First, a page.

- As one would have expected, the wholesale financial markets switched quite rapidly to quoting and dealing mostly in euros instead of the constituent currencies, and many businesses also chose quickly to redenominate their relevant accounts, although a significant number have not yet done so. The choice is largely one of practicality and economy, rather than of economic significance, given that, formally, the parent currencies are now no more than sub-denominations of the euro; one might therefore expect people to opt quite quickly for the convenience of a unified denomination rather than to continue operating with up to eleven separate ones.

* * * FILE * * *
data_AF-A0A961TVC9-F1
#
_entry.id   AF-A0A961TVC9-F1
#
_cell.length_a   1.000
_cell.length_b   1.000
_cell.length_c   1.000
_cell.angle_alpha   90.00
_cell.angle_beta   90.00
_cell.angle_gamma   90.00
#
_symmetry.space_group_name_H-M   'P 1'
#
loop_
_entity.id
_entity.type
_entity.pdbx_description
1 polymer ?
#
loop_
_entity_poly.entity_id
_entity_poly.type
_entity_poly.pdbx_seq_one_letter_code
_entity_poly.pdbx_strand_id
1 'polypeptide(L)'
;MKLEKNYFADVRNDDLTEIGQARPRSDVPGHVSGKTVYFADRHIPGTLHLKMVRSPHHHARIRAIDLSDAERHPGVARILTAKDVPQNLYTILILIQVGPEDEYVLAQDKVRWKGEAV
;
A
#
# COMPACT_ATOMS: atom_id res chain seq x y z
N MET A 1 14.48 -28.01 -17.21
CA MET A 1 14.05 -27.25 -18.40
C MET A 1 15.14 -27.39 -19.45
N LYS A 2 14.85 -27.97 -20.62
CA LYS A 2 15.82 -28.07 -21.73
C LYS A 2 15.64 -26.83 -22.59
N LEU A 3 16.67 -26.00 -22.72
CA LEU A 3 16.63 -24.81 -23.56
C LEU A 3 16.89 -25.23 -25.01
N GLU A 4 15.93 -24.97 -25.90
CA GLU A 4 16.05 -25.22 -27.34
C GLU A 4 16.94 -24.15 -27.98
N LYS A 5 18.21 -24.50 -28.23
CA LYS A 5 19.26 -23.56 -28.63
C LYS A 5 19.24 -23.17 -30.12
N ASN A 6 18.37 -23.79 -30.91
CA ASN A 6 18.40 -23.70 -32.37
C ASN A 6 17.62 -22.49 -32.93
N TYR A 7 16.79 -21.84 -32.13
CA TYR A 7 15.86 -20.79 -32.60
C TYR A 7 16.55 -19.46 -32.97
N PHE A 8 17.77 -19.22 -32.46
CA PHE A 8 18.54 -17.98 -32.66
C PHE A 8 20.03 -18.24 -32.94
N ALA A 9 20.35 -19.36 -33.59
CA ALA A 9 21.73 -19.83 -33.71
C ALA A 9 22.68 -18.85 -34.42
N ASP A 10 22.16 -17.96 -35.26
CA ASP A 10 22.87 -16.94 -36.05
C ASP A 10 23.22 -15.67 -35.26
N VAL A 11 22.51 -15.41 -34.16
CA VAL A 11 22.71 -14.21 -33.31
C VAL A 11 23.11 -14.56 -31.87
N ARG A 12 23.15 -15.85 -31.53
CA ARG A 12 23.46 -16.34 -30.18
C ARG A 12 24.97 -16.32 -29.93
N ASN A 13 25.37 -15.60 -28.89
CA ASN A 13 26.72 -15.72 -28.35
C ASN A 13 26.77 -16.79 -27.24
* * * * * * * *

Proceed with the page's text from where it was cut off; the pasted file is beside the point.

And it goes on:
- So far as I have been able to ascertain, the euro is trading in foreign exchange markets just as one would expect a major international currency to trade - that is, with good liquidity and fine spreads. However, total turnover is less than that for the predecessor currencies taken together; indeed one would be disturbed if that were not the case, since the rationale for cross trades and arbitrage between the former currencies has evaporated. That is why in most financial centres - and Hong Kong is no exception - dealing rooms have been slimmed down. This is the dividend in respect of resource saving which represents one of the net benefits of moving to a single currency, even though the forex traders whose skills are no longer in such demand may not see it that way.